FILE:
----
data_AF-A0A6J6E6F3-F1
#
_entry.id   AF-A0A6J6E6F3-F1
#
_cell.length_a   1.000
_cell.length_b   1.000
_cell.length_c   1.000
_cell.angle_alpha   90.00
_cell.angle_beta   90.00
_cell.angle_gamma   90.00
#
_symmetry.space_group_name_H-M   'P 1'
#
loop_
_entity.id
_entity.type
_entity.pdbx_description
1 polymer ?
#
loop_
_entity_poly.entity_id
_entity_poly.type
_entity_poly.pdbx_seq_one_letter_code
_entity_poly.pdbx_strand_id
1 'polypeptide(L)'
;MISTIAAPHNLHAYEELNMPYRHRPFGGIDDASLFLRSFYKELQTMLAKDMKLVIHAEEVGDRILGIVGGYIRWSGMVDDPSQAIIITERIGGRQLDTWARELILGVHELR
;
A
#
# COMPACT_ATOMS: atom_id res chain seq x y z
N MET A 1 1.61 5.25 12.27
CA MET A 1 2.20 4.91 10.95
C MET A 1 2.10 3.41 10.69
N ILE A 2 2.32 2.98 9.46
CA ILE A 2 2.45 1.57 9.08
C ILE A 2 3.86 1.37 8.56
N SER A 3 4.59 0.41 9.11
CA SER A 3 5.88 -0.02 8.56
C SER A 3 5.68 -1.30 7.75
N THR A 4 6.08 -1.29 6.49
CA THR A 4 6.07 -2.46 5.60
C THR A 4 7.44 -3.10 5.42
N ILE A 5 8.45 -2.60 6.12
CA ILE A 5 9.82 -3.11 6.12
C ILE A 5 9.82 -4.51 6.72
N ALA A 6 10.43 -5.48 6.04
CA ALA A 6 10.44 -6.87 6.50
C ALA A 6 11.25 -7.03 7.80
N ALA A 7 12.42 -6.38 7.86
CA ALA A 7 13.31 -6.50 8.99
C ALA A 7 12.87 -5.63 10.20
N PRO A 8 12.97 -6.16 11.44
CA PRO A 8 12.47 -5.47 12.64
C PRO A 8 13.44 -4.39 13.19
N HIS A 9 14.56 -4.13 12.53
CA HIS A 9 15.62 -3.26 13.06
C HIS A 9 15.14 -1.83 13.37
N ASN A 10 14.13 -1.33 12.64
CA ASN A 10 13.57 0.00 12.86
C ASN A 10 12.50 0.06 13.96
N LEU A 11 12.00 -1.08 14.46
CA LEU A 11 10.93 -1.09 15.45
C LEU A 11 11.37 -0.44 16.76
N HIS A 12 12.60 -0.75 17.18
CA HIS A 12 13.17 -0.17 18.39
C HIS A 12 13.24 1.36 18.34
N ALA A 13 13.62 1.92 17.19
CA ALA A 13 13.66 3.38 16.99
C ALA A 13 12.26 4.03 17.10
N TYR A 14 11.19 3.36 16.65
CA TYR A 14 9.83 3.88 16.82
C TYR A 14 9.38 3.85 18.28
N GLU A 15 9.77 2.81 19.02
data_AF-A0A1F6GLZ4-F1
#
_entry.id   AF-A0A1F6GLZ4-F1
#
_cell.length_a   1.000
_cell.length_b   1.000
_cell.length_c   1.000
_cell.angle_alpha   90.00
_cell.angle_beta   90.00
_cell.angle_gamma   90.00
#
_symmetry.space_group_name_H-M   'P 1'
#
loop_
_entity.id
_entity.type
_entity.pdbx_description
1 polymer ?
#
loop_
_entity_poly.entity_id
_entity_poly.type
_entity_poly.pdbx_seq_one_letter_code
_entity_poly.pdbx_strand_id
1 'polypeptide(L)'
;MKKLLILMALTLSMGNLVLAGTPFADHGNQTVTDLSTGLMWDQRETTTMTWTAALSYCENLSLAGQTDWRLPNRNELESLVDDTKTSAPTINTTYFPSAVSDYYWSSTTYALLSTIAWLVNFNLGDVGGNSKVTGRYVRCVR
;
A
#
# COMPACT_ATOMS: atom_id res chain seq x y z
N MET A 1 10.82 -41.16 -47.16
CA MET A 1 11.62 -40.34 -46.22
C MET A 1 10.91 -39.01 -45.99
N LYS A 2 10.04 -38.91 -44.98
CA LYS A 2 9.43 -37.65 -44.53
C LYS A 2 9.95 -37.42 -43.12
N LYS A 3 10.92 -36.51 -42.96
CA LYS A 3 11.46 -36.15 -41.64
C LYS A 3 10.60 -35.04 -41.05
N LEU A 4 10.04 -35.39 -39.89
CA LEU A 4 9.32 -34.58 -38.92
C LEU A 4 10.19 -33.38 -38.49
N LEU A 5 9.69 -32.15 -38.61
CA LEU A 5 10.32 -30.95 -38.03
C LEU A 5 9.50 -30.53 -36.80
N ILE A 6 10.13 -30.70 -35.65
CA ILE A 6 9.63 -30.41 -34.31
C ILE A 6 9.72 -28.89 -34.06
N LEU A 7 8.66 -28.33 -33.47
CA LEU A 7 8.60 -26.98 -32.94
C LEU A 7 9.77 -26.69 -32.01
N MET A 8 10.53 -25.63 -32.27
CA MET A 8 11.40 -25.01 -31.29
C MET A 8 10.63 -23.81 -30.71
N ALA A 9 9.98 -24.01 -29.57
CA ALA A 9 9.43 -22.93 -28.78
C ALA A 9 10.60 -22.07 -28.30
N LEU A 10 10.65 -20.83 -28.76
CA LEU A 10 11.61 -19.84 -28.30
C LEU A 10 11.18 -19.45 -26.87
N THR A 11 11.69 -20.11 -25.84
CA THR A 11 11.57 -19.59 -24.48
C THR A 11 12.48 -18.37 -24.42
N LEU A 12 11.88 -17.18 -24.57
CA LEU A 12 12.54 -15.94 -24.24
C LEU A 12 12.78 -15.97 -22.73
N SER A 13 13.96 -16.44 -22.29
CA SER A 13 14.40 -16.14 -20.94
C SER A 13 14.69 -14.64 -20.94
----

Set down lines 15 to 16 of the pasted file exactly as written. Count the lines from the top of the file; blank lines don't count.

_entity.id
_entity.type